Crise financeira e virtude

"The world has been capitalized on paper. Every time a fellow had a new idea, they'd increase the capital stock — give themselves so much cash and their stockholders so much paper. The rich got richer; the stockholders speculated with the paper. Someone found out it paid to keep a rumor factory going. Someone else interested women in gambling on the big board. The world was wild.

"Amalgamations took place. The more clever a fellow was with turning paper recapitalizations into cash, the greater became his vice-presidential titles. Young men who ought, many of them, to be resting behind the bars of penitentiaries for stealing paper rose overnight in the world of prosperity. Our entire prospectus of living turned topsy-turvy.

"Crooked bankers who take people's hard-earned cash for stock they know is worthless would be far better clients at penal institutions than the poor little man who robs so that his wife and babies may live. Why, down in Florida, the year I lived there, a shady newspaper publisher's friend was running a bank. He had unloaded a lot of worthless securities upon unsuspecting people. One day his bank went flooey. I was just thanking the powers that be that he'd got what was coming to him when I learned of another business trick that would make safe-cracking look like miniature golf.

"The crooked publisher and the banker were urging bankrupt depositors who were being paid thirty cents on the dollar to put their money in another friend's bank. Many did so; and just about sixty days later that bank collapsed like a house of cards too.

"Do you think those bankers went to jail? No, sir. They're among Florida's most representative citizens. They're just as bad as the crooked politicians! I ought to know about them. I've been feeding and clothing them long enough. I never knew until I got into this racket how many crooks there were dressed in expensive clothes and talking with affected accents.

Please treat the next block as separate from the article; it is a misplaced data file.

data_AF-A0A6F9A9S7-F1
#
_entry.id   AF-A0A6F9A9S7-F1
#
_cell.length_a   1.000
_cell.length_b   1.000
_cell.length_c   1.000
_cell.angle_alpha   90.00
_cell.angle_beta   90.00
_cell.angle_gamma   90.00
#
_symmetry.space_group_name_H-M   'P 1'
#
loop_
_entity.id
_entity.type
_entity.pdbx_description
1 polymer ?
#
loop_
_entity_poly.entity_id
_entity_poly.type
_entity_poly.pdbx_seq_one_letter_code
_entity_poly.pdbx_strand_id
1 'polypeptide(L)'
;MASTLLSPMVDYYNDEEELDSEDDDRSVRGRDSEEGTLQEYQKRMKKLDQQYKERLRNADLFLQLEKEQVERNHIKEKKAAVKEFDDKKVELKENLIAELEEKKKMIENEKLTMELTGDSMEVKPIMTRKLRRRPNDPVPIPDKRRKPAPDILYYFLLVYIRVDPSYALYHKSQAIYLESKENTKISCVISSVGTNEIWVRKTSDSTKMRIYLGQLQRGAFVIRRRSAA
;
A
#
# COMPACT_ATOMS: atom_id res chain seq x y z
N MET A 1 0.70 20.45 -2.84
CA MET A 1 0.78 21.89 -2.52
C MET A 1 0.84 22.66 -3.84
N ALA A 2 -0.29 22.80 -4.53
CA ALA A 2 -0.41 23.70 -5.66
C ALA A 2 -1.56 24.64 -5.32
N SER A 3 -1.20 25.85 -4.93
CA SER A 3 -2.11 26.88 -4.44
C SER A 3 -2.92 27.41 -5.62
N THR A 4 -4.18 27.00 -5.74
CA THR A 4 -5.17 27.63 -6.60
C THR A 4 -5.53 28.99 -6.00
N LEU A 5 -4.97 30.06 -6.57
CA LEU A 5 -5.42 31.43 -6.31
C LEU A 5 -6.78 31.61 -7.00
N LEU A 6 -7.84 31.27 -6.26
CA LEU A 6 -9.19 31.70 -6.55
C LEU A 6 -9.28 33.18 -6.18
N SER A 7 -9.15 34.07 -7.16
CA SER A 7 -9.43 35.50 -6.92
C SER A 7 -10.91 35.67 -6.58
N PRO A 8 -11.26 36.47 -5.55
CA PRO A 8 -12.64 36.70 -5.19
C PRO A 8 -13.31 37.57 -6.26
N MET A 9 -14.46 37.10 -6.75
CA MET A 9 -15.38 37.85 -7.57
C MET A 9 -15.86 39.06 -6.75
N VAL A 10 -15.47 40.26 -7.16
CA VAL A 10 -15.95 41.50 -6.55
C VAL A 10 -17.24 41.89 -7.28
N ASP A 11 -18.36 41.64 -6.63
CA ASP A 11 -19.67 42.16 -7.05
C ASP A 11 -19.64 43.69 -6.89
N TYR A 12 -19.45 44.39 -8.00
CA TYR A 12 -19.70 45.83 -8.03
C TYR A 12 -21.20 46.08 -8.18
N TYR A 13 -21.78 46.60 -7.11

"Why, when I was held the other day for evasion of federal taxes I nearly got myself into a fine pickle. Certain officials wished to make a bargain with me. If I'd plead guilty and go to jail for two and a half years they'd dismiss the charges they had against me. A pretty penny had to be paid, but I thought that that was better than the strain of a long-winded trial. A day or so before the bargain was to be struck, though, I learned that someone was going to go to the Appellate Court and that there'd be a fly in the ointment and they'd have me in Leavenworth for ten and a half years. So I decided I could be just as foxy, and we entered a plea of not guilty, and when the case comes up we'll see what we will see.

"A little while ago in one of the Chicago newspapers it said that a local millionaire manufacturer had been found to be some fifty-five thousand dollars in arrears with his personal-property tax. A day later it was printed that this had been printed in error, and that the situation had been satisfactorily cleaned up.

"If Mr. Hoover's government wants me to explain my federal taxes I shall be very glad to do so. I think I could enlighten him and several other officials a considerable bit, and any time they need any sensational matters to talk about I shall have them ready to give out.

"Graft," he continued, "is a byword in American life today. It is law where no other law is obeyed. It is undermining this country. The honest lawmakers of any city can be counted on your fingers. I could count Chicago's on one hand!

"Virtue, honor, truth, and the law have all vanished from our life. We are smart-Alecky. We like to be able to 'get away with' things. And if we can't make a living at some honest profession, we're going to make one anyway."

Al Capone, 17 de Outubro de 1931

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